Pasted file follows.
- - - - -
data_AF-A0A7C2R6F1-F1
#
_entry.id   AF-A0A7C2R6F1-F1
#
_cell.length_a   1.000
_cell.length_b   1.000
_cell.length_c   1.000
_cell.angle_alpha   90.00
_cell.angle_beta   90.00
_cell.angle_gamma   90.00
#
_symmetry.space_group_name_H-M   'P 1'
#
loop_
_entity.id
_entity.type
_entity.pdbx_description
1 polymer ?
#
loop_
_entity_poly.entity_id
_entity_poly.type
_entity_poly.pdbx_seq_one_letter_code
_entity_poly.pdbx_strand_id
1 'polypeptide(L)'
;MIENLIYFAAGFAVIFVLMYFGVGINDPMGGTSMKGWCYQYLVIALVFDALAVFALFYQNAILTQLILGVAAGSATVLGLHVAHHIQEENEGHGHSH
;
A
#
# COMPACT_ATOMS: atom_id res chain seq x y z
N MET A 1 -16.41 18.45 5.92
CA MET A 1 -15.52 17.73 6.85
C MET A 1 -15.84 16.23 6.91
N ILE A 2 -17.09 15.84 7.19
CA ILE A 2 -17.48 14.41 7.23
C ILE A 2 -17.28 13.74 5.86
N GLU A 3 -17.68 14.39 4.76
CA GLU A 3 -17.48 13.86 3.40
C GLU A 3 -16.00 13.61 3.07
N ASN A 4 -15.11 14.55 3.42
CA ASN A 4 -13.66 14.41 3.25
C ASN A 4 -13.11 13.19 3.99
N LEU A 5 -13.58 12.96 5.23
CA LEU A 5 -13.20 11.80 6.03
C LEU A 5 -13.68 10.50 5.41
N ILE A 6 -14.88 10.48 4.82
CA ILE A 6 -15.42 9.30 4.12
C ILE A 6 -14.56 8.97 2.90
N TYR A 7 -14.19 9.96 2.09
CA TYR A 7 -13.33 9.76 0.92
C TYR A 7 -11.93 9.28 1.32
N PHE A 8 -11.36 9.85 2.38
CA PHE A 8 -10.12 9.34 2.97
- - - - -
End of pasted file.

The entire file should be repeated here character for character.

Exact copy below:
data_AF-A0A7C2R6F1-F1
#
_entry.id   AF-A0A7C2R6F1-F1
#
_cell.length_a   1.000
_cell.length_b   1.000
_cell.length_c   1.000
_cell.angle_alpha   90.00
_cell.angle_beta   90.00
_cell.angle_gamma   90.00
#
_symmetry.space_group_name_H-M   'P 1'
#
loop_
_entity.id
_entity.type
_entity.pdbx_description
1 polymer ?
#
loop_
_entity_poly.entity_id
_entity_poly.type
_entity_poly.pdbx_seq_one_letter_code
_entity_poly.pdbx_strand_id
1 'polypeptide(L)'
;MIENLIYFAAGFAVIFVLMYFGVGINDPMGGTSMKGWCYQYLVIALVFDALAVFALFYQNAILTQLILGVAAGSATVLGLHVAHHIQEENEGHGHSH
;
A
#
# COMPACT_ATOMS: atom_id res chain seq x y z
N MET A 1 -16.41 18.45 5.92
CA MET A 1 -15.52 17.73 6.85
C MET A 1 -15.84 16.23 6.91
N ILE A 2 -17.09 15.84 7.19
CA ILE A 2 -17.48 14.41 7.23
C ILE A 2 -17.28 13.74 5.86
N GLU A 3 -17.68 14.39 4.76
CA GLU A 3 -17.48 13.86 3.40
C GLU A 3 -16.00 13.61 3.07
N ASN A 4 -15.11 14.55 3.42
CA ASN A 4 -13.66 14.41 3.25
C ASN A 4 -13.11 13.19 3.99
N LEU A 5 -13.58 12.96 5.23
CA LEU A 5 -13.20 11.80 6.03
C LEU A 5 -13.68 10.50 5.41
N ILE A 6 -14.88 10.48 4.82
CA ILE A 6 -15.42 9.30 4.12
C ILE A 6 -14.56 8.97 2.90
N TYR A 7 -14.19 9.96 2.09
CA TYR A 7 -13.33 9.76 0.92
C TYR A 7 -11.93 9.28 1.32
N PHE A 8 -11.36 9.85 2.38
CA PHE A 8 -10.12 9.34 2.97